Some broken wands are repairable, and then can be used ‘whole’.
When Harry shows Ollivander his broken wand, Ollivander tells him that with the degree of damage his wand has, none of the ways he knows could fix it. He doesn’t say broken wands can never be fixed - if he knew that it was impossible, he’d say that rather than ‘it’s too damaged for me to fix’.
“Ollivander held out a trembling hand and Harry placed the two barely connected halves into his palm. ‘Holly and phoenix feather,’ said Ollivander in a tremulous voice. ‘Eleven inches. Nice and supple.’
‘Yes,’ said Harry. ‘Can you –?’
‘No,’ whispered Ollivander. ‘I am sorry, very sorry, but a wand that has suffered this degree of damage cannot be repaired by any means that I know of.”
- Harry Potter and the Deathly Hallows, Chapter 24 (The Wandmaker)
This indicates that, although they wouldn’t work on Harry’s wand or any wand with a comparable amount of damage, that Ollivander does know of ways to fix broken wands. This also means that there are cases where the wand isn’t quite as badly broken, and can be successfully repaired. Therefore, broken wands can sometimes be fixed into usable ones, and can have value due to that. The other things we know are in the junk shop, lopsided brass scales and old cloaks covered in potion stains, also fit the description of things that are worn-down but may be salvageable.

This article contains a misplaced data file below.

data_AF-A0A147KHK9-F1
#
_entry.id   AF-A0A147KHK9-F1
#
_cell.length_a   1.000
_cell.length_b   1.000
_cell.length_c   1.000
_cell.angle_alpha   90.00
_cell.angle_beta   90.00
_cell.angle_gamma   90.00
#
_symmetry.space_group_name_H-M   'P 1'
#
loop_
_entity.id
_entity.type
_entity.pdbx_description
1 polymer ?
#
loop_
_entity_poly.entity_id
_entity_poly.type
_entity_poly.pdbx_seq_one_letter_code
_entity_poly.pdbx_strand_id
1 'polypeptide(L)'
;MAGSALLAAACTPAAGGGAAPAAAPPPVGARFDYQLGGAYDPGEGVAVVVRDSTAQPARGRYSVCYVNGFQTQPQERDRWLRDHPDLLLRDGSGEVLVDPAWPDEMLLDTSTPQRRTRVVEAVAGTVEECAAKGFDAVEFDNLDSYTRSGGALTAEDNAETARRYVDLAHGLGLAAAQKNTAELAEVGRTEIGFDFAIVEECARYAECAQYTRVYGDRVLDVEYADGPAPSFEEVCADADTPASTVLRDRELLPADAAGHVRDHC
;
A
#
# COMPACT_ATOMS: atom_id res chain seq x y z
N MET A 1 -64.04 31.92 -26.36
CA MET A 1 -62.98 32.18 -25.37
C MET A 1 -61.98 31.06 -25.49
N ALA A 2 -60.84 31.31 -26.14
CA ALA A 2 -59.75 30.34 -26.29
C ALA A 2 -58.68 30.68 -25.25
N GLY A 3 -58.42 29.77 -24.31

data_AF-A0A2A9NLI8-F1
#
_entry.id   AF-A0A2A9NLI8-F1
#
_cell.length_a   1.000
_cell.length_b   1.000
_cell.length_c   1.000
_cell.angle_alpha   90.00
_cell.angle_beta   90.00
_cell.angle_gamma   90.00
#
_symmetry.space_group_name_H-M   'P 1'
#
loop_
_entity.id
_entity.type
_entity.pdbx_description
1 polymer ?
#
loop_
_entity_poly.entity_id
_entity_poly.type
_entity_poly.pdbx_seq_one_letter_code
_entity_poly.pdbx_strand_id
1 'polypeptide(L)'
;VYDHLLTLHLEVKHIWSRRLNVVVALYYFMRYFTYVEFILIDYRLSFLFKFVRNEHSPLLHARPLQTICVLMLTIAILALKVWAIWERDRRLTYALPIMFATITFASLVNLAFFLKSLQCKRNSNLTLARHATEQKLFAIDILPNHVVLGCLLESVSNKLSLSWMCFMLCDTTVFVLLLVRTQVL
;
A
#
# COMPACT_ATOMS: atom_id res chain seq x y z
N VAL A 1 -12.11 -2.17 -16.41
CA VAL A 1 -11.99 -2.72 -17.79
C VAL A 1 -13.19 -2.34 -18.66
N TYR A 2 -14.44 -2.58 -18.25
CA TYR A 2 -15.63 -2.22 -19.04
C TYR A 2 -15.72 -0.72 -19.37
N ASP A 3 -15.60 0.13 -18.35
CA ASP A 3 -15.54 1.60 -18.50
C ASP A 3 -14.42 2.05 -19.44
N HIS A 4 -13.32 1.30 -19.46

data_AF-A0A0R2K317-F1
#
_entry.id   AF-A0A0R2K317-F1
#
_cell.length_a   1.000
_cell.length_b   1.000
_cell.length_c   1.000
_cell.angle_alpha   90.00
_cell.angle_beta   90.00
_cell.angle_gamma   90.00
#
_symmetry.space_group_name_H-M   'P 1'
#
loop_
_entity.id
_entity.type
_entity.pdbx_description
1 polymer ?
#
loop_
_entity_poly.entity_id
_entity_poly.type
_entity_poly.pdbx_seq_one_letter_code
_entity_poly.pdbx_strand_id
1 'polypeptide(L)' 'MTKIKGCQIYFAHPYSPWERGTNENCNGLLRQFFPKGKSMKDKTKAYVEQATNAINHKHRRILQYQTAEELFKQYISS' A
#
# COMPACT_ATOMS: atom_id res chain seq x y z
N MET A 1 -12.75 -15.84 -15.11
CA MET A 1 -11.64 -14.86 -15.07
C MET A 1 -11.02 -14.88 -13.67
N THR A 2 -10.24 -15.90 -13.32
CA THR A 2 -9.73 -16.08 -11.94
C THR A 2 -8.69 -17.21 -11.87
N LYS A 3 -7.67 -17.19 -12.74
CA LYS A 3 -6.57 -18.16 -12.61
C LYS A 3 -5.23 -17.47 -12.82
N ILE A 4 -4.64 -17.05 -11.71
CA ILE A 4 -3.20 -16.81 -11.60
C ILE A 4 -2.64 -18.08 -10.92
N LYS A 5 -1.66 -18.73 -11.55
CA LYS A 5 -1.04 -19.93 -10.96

The junk shop seems to be a way for wizards to get used items presumably for much cheaper than buying it new and in good condition. Most wizards prefer getting new wands and would typically buy other items secondhand if they needed to save money, but pay full price for a new wand that’s chosen them. However, if they still couldn’t manage to afford a new wand, buying a broken wand and attempting to fix it (particularly because of the limited demand for secondhand wands) would likely be a lot cheaper than the seven Galleons needed to buy a new wand from Ollivander.
“Most witches and wizards prefer a wand that has “chosen” them to any kind of secondhand wand, precisely because the latter is likely to have learned habits from its previous owner that might not be compatible with the new user’s style of magic.”
- The Tales of Beedle the Bard
So, it’s possible they sell broken wands for wizards who can’t afford new wands to mend and use.